Movies are a magical world which take me away from my own life, but the films I watch tend to tackle the hard questions in life. They make me think, laugh, cry, and wonder about my place in the universe.
Since we’re all still sitting at home, I thought I would make a list of some my favorite underrated gems I like to recommend to others.
A Separation (2011)
This Iranian drama is an extremely realistic movie. It is about human conflict. No one is a hero or villain.
When the film is over, you will feel for everyone. You will be conflicted about whose side you want to be on. You will put yourself in the position of many of the characters and question what you would have done.
Battle Royale (2000)
Battle Royale is a Japanese dystopian action thriller film. The film follows a group of junior high-school students who are forced to fight to the death by the Japanese totalitarian government.
If you’ve see Quentin Tarantino’s Kill Bill Vol. 1 and Vol. 2, you know what kind of over-the-top gore to expect. There is a lot of inner conflict with the characters who tackle the issue of friendship and the aftermath of suicide. Despite the violence in the movie, it makes you think.
Cargo is a Swiss, hard scifi movie about people on a deep space ship with a mysterious cargo. The cargo is not an alien or zombie virus. It’s so much more.
Cherry 2000 (1987)
In a post-apocalyptic wasteland, who do you choose to save? The sex robot or the real woman.
In 2017, the United States is fragmented between civilized areas and wastelands. Society is hypersexualized due to a requirement of contracts for sexual activity. Female androids, gynoids, are used as substitutes for wives. When Sam Treadwell’s gynoid, a Cherry 2000 model, short circuits, he is told she is beyond repair.
Cherry’s memory disk, however is okay. If he can find a new body, which is no longer made, he can replace her. The only place a body may be found are in Zone 7, a dangerously lawless area. Treadwell hires Edith “E” Johnson, a tracker to take him to the factory.
Trap a bunch of people in a giant cube with 17,576 rooms and force them to keep moving. Many of the rooms are rigged with traps designed to kill them. It is a simple premise, but well-executed.
Dark City (1998)
The movie follows John Murdoch, an amnesiac, who finds himself suspected of murder. Murdoch attempts to discover his true identity and clear his name while on the run from the police and a mysterious group known as the Strangers.
Make sure you see the director’s cut. It doesn’t have narration at the beginning, which spoils the whole damned movie.
Demolition Man (1993)
John Spartan, a tough, rule-breaking cop is framed for a crime by the crime lord Simon Phoenix. They are both cryogenically frozen only to be revived in 2032. They find society has changed. Crime seems to have been eliminated. How can you not like a movie where Denis Leary gets to deliver the lines in the video above?
I’ve been a fan of Judge Dredd since a friend introduced me to the 2000 AD comics in 1991. Dredd is judge, jury, and executioner in Mega-City One, a dystopic metropolis covering most of the former East Coast of the United States. The movie captures the world of Dredd.
Ma-Ma, a drug lord, has her headquarters in Peach Trees, a 200-story slum tower block. She has been selling Slo-Mo, an addictive new drug which reduces the perception of time to one percent of normal. Dredd and Psi Judge Anderson are sent to stop her.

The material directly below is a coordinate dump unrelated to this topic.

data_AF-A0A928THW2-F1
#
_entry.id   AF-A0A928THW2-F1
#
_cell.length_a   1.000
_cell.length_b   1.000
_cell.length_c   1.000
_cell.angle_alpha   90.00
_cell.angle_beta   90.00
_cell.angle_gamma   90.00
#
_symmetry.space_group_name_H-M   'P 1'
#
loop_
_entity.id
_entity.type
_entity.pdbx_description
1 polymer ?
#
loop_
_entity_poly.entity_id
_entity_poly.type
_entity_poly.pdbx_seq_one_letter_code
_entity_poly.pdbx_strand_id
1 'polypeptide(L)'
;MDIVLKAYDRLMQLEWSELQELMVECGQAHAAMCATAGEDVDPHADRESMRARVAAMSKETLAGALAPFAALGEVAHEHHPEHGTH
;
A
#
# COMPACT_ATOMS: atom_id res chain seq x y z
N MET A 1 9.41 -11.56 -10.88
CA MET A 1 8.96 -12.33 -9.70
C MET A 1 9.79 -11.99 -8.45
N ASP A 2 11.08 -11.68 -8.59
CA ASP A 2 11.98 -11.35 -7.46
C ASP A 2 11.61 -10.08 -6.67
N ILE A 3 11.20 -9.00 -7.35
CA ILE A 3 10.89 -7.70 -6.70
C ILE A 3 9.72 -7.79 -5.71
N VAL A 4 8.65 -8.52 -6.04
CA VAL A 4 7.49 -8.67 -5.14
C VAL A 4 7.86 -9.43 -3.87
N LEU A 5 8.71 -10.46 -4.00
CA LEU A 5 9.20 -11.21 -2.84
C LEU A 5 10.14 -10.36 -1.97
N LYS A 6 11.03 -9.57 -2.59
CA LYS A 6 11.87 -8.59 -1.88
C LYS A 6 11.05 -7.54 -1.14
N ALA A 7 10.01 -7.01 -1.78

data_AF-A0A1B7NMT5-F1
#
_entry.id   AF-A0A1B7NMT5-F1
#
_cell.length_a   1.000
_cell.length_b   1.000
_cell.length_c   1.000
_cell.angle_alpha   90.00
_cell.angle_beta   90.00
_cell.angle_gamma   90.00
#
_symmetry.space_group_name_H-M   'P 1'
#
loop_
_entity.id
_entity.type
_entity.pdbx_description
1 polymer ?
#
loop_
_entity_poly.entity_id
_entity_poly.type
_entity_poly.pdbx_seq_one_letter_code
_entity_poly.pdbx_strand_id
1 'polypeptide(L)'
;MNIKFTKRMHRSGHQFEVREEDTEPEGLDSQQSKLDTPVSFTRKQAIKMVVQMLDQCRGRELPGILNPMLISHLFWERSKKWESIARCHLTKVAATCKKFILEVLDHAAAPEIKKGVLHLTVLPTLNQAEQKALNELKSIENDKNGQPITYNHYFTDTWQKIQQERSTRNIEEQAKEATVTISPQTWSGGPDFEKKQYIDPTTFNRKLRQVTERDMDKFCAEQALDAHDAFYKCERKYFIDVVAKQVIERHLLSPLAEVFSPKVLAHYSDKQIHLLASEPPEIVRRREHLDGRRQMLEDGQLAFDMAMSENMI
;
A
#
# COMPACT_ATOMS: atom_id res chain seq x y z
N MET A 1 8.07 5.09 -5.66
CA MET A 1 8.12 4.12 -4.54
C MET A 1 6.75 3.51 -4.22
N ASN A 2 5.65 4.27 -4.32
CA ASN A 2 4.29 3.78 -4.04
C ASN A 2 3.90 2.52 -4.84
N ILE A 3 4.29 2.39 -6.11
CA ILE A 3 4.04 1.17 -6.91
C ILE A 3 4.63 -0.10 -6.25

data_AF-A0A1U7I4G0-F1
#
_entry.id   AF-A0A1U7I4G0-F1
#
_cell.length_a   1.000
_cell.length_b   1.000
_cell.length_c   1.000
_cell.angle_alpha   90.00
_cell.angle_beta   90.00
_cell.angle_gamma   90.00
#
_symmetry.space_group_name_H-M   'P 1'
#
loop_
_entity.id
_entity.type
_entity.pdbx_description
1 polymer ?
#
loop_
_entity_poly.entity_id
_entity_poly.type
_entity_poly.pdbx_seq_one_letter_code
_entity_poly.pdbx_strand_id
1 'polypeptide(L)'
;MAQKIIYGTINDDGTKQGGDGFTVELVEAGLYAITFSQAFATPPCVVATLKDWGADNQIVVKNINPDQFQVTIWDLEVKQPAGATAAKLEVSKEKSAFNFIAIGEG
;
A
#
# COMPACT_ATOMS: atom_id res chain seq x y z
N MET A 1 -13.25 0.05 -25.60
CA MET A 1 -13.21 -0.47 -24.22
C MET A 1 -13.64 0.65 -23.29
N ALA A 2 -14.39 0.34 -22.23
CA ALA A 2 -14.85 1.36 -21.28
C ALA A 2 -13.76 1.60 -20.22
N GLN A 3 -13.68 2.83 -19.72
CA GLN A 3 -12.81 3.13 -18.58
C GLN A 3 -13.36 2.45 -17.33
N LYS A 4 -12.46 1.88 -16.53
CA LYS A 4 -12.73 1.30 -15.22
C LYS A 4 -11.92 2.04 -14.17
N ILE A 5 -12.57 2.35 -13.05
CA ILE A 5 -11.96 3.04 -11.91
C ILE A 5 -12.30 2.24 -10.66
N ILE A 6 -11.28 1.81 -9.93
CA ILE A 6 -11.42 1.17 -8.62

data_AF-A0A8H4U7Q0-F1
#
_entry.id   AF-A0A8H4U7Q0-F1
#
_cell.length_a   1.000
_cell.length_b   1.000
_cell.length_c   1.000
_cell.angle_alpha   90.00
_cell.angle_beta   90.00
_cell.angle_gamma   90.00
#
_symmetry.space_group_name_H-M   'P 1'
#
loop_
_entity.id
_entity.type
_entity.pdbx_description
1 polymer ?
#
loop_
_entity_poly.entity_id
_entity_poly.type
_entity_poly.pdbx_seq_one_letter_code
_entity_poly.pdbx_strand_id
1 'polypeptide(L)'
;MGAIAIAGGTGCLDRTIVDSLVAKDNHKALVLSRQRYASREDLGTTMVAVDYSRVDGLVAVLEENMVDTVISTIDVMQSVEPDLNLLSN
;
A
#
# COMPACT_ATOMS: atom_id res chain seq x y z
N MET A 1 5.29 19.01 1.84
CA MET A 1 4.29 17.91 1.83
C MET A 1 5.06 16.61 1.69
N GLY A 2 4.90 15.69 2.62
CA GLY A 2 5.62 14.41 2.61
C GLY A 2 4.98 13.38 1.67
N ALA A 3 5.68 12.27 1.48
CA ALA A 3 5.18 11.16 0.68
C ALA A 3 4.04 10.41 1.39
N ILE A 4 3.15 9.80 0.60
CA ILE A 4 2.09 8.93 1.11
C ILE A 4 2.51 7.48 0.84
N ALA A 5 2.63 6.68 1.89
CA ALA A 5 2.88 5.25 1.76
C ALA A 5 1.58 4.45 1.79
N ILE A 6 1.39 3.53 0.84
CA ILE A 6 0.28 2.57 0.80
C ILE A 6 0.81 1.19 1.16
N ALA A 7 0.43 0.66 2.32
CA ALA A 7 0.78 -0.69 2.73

There are also several nice details in the film that are a call out to fans of the comics.
For me, the film hit all the things I like about Dredd – the satire, the gritty world, the violence. I think it also helped that Karl Urban is a Dredd fan himself and has a deep understanding of the character. If you want to see a true representation of Judge Dredd and don’t have time to catch up on nearly fifty years of comics, watch the film. It’s one of my all-time favorites.
Libria is a totalitarian state established after World War III. Emotions and emotionally stimulating objects are forbidden. Citizens must take a daily injection of Prozium II, which suppresses emotions. John Preston, an enforcement officer, accidentally misses a dose and begins to experience emotions. He starts to question morality and tries to remain undetected in a world where he could be killed for his new-found feelings.
Director Kurt Wimmer told Dreamwatch magazine, “the paying customers seemed to get it,” and the critics, “didn’t seem to see that the film had a different message than Fahrenheit 451 or 1984.”
That’s right. I get it and I love it.
Gattaca is a great film and not just because one of the main characters is called Irene.
In a future society, the world is driven by eugenics. Children are conceived through genetic selection to have the best hereditary traits of their parents. Vincent Freeman was conceived naturally and has struggled his entire life to overcome the legal genetic discrimination in the hopes of achieving his dream of traveling into space.
The film questions the use of technology to produce perfect children while exploring the idea that we can create our own destinies instead of letting society determine it for us.
The soundtrack is amazing. Ethan Hawke, Uma Thurman, and Jude Law provide great performances in one of the most well-made science fiction films I’ve ever seen.
In Time (2011)
I didn’t think Justin Timberlake could act. The movie has an intriguing premise even if the entire story is a little shaky. It had me thinking about the idea for days.
In the movie, people stop aging at age twenty-five. Paper money is no longer used. The economy runs on time, literally. Each person has a clock on their arm that begins a one-year count down on their 25th birthday. The clock determines how long they have to live. The rich are essentially immortal. The poor regularly have less than twenty-four hours.
Iron Sky (2012)
After their defeat in 1945, a group of Nazis escaped to the Moon. They built a space fleet to conquer the Earth, with a planned return to victory in 2018. Do not take this film seriously. It’s campy, over-the-top fun.
Jagten (The Hunt)
This 2012 Danish drama is absolutely stunning. The story follows Lucas, who lives in a small Danish village. Sometime around Christmas, Lucas becomes the target of mass hysteria after being wrongly accused of sexually abusing a child in his kindergarten class.
Mads Mikkelsen is absolutely phenomenal as Lucas. The movie is gut-wrenching and asks a lot of hard questions. As Roger Ebert noted, Mikkelsen’s performance, “is a nuanced portrait of a fundamentally decent man grappling with a world that has decided to treat him indecently.”
Live. Die. Repeat. Edge of Tomorrow (2014)
This was a surprisingly decent and fun film. I had stopped watching Tom Cruise films for several years because I couldn’t get past his bat-shit insane beliefs in Scientology. I’m really glad I caught this film.